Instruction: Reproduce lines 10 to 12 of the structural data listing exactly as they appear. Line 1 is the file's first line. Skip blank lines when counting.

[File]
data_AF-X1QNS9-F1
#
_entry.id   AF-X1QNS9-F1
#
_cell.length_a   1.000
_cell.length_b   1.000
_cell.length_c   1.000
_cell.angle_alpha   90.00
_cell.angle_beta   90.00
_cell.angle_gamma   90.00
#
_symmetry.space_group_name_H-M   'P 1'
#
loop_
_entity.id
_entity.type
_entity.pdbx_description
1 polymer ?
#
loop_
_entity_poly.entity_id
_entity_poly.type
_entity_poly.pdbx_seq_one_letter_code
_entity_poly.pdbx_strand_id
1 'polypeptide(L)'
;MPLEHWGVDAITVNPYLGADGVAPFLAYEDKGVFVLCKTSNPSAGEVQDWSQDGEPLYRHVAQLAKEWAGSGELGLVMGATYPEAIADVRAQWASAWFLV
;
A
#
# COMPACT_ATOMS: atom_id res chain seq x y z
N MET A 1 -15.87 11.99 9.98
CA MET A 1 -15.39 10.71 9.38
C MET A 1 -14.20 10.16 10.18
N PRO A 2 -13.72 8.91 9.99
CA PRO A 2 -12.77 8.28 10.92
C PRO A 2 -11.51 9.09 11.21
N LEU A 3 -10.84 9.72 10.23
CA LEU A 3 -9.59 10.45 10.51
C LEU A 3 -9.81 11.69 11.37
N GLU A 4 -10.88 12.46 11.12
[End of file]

_cell.angle_gamma   90.00
#
_symmetry.space_group_name_H-M   'P 1'